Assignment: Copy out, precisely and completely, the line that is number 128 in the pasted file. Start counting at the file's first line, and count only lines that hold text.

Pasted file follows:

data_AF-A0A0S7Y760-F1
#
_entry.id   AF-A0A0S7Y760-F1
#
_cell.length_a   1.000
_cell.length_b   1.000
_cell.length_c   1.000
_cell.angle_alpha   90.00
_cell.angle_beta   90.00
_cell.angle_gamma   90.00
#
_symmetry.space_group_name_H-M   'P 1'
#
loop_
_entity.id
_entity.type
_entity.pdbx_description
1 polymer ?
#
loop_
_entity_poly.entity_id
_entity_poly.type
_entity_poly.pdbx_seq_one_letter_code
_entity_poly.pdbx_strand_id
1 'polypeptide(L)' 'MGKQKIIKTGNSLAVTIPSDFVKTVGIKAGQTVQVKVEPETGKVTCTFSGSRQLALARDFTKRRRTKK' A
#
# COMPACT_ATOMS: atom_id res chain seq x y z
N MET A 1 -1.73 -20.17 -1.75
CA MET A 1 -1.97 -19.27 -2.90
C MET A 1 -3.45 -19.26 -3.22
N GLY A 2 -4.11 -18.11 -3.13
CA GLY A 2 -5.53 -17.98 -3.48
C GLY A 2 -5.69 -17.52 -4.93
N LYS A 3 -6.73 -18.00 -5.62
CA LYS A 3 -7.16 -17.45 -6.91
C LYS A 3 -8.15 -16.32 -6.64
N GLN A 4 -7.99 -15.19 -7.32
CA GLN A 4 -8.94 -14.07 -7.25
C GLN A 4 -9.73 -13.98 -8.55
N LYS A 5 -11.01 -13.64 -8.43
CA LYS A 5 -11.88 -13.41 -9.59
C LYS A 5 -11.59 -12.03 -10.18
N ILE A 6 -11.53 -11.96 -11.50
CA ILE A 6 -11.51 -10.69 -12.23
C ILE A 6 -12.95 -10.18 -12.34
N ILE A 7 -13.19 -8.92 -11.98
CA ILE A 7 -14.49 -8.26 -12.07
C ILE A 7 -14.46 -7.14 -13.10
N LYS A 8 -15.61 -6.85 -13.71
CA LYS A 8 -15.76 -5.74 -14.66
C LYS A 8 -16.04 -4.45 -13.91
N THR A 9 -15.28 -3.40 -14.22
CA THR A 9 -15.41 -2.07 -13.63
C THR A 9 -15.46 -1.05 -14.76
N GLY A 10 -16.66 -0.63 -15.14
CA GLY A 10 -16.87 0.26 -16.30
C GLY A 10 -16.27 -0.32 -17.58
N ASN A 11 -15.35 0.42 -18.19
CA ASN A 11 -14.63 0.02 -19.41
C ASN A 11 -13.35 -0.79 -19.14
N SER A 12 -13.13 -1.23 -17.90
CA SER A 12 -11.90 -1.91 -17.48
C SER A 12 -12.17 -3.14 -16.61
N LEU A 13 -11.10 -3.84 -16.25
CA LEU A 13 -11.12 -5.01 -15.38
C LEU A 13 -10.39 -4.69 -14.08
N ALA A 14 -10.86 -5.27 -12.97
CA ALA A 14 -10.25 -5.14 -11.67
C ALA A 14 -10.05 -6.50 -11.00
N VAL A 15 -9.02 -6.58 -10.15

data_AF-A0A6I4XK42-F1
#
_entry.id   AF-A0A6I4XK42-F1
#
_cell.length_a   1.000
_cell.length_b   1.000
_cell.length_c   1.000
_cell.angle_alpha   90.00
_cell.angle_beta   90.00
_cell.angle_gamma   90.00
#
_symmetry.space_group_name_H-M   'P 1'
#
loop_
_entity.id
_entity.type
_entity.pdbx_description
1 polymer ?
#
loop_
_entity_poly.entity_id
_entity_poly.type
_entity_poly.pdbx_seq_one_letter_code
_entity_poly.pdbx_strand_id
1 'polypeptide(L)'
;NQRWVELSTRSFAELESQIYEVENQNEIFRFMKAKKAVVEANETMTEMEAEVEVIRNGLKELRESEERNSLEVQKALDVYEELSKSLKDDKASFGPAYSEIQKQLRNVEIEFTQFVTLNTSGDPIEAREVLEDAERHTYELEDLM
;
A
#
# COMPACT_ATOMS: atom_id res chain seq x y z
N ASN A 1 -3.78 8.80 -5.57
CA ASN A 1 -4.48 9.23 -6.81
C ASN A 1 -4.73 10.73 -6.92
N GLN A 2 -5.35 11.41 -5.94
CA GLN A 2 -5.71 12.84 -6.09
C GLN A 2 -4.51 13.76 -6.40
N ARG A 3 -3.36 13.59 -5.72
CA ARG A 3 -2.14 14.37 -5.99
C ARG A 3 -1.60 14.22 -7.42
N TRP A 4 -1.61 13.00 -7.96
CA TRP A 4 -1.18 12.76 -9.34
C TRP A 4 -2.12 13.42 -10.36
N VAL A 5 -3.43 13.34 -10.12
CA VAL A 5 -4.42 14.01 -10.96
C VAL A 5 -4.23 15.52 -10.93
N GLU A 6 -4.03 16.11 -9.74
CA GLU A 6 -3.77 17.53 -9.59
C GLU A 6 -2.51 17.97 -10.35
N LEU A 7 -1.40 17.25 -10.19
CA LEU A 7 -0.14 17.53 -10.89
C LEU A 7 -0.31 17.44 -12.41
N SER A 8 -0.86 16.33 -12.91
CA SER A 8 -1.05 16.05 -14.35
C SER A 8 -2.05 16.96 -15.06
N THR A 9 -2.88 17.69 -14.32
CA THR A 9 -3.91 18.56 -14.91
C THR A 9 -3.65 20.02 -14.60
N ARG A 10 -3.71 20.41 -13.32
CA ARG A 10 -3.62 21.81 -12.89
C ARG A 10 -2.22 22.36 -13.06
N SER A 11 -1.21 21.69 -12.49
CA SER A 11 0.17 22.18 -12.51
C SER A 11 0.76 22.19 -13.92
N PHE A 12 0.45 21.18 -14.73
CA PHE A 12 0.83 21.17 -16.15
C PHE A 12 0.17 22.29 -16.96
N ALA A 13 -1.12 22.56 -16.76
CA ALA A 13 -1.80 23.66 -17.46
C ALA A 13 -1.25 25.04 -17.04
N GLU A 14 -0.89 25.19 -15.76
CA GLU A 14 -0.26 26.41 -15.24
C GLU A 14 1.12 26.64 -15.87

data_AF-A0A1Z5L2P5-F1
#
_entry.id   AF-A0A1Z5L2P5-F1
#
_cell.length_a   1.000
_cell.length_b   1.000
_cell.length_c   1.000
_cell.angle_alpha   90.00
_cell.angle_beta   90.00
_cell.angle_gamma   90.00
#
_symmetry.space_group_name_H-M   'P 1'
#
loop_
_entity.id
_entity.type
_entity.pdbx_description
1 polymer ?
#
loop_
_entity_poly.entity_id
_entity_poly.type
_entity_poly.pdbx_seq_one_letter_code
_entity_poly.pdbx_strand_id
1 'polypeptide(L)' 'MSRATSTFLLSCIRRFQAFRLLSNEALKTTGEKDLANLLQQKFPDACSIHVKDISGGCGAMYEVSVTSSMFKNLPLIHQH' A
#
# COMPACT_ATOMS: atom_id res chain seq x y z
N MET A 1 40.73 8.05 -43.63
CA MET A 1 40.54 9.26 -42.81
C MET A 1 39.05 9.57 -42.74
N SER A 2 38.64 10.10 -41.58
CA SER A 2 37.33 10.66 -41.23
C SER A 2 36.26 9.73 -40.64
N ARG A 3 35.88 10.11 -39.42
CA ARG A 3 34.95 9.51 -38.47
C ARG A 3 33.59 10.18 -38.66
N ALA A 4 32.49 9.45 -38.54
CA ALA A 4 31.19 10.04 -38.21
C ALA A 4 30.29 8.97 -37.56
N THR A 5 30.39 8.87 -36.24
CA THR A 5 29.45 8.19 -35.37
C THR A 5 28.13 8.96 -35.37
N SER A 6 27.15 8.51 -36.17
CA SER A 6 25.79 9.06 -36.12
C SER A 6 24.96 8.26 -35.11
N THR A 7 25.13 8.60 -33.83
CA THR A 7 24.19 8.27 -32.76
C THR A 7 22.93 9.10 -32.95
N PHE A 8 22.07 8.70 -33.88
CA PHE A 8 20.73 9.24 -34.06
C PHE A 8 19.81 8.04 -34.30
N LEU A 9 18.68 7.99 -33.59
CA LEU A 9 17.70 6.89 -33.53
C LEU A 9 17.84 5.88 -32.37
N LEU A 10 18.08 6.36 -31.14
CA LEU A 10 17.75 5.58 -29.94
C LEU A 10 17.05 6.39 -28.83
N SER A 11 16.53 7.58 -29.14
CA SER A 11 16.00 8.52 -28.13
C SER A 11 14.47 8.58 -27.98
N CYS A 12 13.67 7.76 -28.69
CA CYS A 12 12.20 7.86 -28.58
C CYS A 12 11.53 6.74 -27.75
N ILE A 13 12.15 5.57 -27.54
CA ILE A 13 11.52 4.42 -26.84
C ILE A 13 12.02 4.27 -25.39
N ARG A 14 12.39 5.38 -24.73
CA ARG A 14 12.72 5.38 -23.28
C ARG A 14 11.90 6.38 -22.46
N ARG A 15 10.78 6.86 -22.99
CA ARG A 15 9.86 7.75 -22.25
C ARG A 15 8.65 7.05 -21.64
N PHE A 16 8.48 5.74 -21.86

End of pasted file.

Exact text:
N ARG A 10 -3.71 20.41 -13.32